MEXICO CITY, Mexico — On a recent Sunday, a nearly 100,000-strong mob marched toward this capital city’s iconic Angel de la Independencia statue, chanting in Spanish, “The people, quiet, will never be heard.”
A poster attached to the base of the statue took aim at two focal points of their rage — presidential candidate Enrique Peña Nieto and Mexican TV network Televisa. The poster read: “Peña Nieto, this is the reality of Mexico — not Televisa. The people have woken up.”
In the last stretch before Mexico’s July 1 presidential election, young demonstrators have come out in droves. They call themselves “Yo Soy 132” and “Mas de 131” — I am 132, and More than 131 — referring to a crowd of 131 college students who heckled the presidential hopeful, and later posted videos on YouTube to prove it.
Some are calling their peaceful protests the “Mexican spring.” But these angry youth are not fighting to upend an oppressive political regime. They’re working to stage a democratic revolt against an almighty establishment of another order: television.
The country’s two main TV networks, Televisa and TV Azteca, are under attack for apparently favoring Peña Nieto, former governor of the state of Mexico, and his soap opera starlet wife, to move into Los Pinos presidential residence.
That outcome looks very likely. Throughout most of the campaign season beginning in March, the ex-governor has relished a double-digit lead in some polls. However, in late May, not long after the protests began the movement garnered a small victory — his margin started to shrink.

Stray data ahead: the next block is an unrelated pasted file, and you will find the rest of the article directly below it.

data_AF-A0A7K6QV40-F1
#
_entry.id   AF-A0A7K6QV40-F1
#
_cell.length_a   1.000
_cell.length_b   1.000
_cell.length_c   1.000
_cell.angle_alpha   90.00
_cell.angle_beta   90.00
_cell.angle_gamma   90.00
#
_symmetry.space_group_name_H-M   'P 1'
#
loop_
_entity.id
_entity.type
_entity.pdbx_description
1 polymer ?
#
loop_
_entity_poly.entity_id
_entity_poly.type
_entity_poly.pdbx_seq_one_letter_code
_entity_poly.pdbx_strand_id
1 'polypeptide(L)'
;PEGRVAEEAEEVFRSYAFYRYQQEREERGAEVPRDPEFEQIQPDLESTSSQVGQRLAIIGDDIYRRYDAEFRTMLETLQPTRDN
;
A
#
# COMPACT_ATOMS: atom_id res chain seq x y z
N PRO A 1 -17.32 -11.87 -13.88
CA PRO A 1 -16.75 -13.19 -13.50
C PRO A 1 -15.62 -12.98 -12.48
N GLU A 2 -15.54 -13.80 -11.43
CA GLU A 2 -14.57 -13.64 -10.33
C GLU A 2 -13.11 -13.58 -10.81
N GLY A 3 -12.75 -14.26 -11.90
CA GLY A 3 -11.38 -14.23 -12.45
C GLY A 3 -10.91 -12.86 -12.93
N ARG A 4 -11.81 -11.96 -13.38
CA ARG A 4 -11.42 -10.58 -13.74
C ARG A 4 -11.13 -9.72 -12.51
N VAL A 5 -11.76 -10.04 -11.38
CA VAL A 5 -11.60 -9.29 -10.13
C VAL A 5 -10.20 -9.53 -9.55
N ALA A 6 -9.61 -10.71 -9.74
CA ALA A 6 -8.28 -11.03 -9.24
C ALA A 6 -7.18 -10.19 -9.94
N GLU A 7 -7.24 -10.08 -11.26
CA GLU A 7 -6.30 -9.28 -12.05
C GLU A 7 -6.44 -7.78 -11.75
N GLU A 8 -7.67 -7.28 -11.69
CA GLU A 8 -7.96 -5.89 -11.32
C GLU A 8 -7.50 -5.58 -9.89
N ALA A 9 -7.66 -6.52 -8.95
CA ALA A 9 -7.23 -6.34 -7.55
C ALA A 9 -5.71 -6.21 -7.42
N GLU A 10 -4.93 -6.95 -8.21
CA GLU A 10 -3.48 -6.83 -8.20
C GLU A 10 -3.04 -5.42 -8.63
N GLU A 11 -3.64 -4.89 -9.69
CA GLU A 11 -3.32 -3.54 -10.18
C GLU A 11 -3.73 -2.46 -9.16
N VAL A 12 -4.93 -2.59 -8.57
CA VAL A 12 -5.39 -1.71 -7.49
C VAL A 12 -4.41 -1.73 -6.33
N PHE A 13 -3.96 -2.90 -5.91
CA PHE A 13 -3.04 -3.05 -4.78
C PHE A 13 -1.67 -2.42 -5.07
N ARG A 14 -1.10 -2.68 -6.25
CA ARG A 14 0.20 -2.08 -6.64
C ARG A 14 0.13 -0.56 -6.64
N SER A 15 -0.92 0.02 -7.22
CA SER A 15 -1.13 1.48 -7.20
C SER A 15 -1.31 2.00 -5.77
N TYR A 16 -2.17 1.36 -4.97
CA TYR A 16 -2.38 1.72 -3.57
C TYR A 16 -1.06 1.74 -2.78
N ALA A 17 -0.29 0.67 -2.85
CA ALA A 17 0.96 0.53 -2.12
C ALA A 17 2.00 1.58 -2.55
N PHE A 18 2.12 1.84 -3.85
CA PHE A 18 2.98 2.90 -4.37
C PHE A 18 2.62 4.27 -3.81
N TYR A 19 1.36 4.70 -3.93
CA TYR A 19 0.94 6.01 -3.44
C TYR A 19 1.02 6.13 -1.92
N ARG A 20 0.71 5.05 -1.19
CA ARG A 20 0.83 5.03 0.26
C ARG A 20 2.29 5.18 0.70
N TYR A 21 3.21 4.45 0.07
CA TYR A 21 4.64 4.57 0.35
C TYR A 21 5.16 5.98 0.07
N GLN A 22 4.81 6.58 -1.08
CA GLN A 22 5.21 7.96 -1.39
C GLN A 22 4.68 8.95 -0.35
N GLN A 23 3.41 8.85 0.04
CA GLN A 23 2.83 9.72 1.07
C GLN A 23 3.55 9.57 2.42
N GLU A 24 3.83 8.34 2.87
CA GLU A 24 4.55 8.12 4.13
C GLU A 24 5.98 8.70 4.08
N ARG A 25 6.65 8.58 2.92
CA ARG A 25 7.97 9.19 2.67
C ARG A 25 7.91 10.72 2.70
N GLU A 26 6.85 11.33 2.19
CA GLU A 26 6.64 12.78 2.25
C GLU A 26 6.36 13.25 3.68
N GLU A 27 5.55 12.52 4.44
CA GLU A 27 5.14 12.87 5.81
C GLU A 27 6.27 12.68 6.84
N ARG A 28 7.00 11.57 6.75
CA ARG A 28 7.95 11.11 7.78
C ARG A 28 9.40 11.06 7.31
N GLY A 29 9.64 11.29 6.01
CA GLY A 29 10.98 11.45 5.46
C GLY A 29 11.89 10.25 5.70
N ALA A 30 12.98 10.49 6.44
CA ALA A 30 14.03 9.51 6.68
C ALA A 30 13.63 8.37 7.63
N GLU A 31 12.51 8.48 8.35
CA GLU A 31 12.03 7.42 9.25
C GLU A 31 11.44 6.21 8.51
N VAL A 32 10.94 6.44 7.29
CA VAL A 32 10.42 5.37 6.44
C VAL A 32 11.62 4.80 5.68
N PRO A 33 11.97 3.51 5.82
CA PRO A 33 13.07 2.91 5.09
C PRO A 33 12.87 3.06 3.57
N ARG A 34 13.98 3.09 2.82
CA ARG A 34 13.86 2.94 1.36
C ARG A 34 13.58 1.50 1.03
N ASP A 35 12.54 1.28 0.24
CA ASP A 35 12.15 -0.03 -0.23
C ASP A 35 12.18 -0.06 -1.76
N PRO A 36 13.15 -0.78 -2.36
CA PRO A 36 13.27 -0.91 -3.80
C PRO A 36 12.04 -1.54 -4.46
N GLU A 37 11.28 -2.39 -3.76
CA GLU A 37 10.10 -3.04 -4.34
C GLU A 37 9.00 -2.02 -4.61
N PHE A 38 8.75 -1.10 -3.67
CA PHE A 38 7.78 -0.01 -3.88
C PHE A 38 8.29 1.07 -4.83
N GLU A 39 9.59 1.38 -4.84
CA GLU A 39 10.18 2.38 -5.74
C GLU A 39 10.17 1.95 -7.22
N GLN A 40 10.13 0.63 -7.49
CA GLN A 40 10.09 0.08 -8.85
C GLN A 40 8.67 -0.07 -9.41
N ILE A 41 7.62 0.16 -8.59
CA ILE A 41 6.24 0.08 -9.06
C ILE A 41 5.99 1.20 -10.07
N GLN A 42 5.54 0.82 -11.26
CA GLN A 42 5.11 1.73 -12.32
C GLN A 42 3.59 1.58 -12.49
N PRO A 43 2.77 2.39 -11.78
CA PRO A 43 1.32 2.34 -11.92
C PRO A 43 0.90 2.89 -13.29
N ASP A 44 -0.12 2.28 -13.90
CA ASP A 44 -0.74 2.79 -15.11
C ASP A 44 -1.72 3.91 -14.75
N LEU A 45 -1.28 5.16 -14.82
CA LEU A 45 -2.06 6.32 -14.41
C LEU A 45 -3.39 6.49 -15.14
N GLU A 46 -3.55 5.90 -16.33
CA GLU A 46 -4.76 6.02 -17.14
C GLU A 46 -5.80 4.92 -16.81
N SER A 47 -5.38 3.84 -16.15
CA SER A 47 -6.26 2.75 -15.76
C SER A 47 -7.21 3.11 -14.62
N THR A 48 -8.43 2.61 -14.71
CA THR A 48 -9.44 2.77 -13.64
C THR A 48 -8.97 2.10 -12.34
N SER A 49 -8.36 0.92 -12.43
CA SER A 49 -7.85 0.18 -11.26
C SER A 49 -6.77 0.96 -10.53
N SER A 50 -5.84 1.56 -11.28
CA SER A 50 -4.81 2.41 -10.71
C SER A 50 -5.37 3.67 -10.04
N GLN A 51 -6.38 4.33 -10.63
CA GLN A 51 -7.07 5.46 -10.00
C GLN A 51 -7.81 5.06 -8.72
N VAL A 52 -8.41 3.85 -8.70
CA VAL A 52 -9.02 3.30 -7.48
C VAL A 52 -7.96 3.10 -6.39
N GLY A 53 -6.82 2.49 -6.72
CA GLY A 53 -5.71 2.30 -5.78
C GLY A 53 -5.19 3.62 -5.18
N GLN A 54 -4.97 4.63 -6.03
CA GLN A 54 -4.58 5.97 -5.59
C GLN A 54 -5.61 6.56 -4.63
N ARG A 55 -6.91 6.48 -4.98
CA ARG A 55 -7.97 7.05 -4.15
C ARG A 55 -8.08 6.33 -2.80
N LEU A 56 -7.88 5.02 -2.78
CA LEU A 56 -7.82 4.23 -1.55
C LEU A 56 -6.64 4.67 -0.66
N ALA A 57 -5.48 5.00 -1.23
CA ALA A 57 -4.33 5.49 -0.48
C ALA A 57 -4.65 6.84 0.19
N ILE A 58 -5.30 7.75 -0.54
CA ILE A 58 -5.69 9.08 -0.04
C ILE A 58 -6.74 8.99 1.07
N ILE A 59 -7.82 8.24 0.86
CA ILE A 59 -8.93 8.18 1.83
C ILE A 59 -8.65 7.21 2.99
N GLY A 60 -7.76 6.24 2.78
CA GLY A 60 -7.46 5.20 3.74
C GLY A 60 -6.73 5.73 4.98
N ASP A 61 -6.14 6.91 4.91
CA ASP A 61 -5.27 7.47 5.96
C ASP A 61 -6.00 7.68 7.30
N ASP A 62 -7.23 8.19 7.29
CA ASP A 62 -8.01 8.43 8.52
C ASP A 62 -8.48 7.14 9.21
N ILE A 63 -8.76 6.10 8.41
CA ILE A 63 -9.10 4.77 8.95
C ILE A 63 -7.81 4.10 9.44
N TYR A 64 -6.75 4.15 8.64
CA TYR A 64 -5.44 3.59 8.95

More from Mexico: On Location video: Can first-time voters swing Mexico’s election?
On Tuesday, the budding movement hit an extraordinary milestone. The TV networks had drawn fire from critics for ignoring past presidential debates. So the 132s sidelined TV. They invited candidates to go live on the internet, solicited questions via Google Moderator and streamed the event on YouTube, in what became Mexico’s first-ever presidential debate organized by anyone other than the government’s federal elections commission.
“Today we made history … we broadcast a debate for the first time in history in this country organized by the citizens,” Andres Torres Checa, a student at Mexico City’s private college, the Autonomous Technological Institute of Mexico (ITAM), told reporters.
All the main candidates attended — except Peña Nieto, who had respectfully declined, saying he could not take part in a debate in conditions that fail to “guarantee a space of neutrality.”
At the start of the debate Genaro Lozano, a university professor who acted as the event's moderator, explained that "for the two hours of this debate, you'll see an empty seat that would have been occupied by the candidate from the Commitment to Mexico Coalition," Peña Nieto.
Duncan Wood, a professor at ITAM, told GlobalPost that Peña Nieto's decision to avoid the event "damages his image in terms of his commitment to democratic discourse.”
“The empty seat was emblematic," he added.
Turn off the TV
Some 95 percent of homes have a television in Mexico, Latin America’s second-largest economy. While Mexicans have a host of cable channels to choose from, cable only reaches 30 percent of all households, according to a Wall Street Journal op-ed by Emilio Azcarraga Jean, the billionaire owner of Televisa.
His company and rival TV Azteca, which belongs to Mexican billionaire Ricardo Salinas Pliego, control most national broadcasting in what many consider a duopoly. Both companies are publicly traded.
Suspicions about television being in politicians’ pockets have long been widespread in Mexico, which is notorious for its bouts with corruption.